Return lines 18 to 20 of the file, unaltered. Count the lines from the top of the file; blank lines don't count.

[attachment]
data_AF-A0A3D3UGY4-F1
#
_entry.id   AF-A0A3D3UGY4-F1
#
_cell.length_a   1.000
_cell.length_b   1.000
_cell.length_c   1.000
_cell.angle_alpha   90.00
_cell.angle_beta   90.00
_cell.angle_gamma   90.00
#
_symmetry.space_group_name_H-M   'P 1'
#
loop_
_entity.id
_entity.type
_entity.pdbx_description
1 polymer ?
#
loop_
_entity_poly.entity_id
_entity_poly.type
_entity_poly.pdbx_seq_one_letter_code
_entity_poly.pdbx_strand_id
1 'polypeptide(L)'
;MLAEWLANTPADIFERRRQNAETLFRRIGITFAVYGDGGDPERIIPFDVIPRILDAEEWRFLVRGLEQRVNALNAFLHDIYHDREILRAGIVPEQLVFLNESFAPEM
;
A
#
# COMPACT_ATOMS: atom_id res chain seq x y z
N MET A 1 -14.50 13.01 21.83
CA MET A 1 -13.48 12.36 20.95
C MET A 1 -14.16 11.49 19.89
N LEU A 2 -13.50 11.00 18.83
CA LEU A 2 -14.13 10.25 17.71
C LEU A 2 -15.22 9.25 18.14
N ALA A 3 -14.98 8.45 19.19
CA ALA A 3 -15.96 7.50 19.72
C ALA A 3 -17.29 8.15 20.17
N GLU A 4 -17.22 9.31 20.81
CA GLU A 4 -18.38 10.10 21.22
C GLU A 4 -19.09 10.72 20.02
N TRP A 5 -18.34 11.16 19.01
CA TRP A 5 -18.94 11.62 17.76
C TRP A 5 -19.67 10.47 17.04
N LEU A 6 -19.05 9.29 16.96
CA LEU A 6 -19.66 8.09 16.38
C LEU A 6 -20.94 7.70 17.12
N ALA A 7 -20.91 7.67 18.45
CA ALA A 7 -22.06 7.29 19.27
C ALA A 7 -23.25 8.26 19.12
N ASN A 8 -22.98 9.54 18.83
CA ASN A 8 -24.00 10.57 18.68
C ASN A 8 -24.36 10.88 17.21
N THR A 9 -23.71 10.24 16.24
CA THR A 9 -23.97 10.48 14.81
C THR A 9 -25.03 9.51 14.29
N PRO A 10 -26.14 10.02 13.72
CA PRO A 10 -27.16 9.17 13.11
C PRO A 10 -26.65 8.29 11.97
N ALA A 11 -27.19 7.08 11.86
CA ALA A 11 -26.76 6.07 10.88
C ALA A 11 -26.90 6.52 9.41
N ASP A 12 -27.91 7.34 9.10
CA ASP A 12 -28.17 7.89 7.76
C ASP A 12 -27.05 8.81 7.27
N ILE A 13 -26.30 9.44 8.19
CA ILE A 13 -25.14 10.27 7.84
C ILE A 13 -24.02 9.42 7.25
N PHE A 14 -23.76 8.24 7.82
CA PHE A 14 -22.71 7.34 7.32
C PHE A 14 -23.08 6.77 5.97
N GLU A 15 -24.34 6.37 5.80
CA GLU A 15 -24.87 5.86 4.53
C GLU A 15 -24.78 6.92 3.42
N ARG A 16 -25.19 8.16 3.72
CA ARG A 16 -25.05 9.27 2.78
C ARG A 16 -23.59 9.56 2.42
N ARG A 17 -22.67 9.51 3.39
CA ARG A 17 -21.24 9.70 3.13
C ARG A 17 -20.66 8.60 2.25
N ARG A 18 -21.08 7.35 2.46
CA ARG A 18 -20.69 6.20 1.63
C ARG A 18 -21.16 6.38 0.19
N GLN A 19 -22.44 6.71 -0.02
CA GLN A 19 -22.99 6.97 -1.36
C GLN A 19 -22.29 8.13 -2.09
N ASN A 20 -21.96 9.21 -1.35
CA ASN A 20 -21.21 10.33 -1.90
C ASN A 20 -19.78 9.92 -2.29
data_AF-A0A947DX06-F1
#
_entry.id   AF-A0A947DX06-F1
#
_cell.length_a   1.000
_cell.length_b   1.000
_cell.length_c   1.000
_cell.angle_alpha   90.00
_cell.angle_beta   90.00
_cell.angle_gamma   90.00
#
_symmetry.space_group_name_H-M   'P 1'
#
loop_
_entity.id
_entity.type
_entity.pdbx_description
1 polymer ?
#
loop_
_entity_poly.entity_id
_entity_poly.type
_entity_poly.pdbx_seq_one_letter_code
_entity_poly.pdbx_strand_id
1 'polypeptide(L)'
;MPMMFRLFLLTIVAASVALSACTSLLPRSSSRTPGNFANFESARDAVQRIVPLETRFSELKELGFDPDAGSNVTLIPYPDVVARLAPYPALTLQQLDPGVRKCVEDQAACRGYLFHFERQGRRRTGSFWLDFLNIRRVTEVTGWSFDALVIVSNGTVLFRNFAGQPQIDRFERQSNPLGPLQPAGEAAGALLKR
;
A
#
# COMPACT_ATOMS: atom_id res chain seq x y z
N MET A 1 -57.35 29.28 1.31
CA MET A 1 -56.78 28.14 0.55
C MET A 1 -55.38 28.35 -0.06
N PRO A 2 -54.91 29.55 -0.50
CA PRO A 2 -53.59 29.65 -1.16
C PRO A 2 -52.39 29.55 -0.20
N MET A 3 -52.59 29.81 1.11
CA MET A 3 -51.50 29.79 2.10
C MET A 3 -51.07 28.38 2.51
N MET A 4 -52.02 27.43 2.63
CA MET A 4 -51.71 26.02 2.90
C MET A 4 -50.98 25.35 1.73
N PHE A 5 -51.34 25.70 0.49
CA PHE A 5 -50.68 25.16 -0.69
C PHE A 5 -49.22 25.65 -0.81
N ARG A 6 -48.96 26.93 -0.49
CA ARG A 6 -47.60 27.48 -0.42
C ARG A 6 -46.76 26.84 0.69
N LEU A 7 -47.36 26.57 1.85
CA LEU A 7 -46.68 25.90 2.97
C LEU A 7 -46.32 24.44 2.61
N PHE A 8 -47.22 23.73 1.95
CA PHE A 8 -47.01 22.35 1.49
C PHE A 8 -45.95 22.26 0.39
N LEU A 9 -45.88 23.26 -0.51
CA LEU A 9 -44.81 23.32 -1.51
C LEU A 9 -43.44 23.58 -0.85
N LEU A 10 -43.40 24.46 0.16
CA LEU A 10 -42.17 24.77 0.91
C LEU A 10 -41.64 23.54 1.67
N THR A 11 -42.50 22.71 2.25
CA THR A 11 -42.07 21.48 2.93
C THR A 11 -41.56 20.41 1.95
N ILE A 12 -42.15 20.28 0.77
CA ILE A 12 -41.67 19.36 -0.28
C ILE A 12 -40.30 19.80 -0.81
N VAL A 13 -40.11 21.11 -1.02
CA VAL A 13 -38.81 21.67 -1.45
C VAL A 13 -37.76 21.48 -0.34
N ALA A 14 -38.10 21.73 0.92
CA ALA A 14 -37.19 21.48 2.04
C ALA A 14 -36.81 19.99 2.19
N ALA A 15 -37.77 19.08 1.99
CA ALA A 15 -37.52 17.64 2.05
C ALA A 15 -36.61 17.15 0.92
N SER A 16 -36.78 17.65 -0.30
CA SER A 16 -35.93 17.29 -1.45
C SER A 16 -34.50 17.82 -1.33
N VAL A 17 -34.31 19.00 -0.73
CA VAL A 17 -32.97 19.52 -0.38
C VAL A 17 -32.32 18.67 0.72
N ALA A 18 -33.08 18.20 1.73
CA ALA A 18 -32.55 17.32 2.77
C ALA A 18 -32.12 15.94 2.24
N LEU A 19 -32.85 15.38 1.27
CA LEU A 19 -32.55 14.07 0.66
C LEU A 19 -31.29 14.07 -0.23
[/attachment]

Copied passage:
1 polymer ?
#
loop_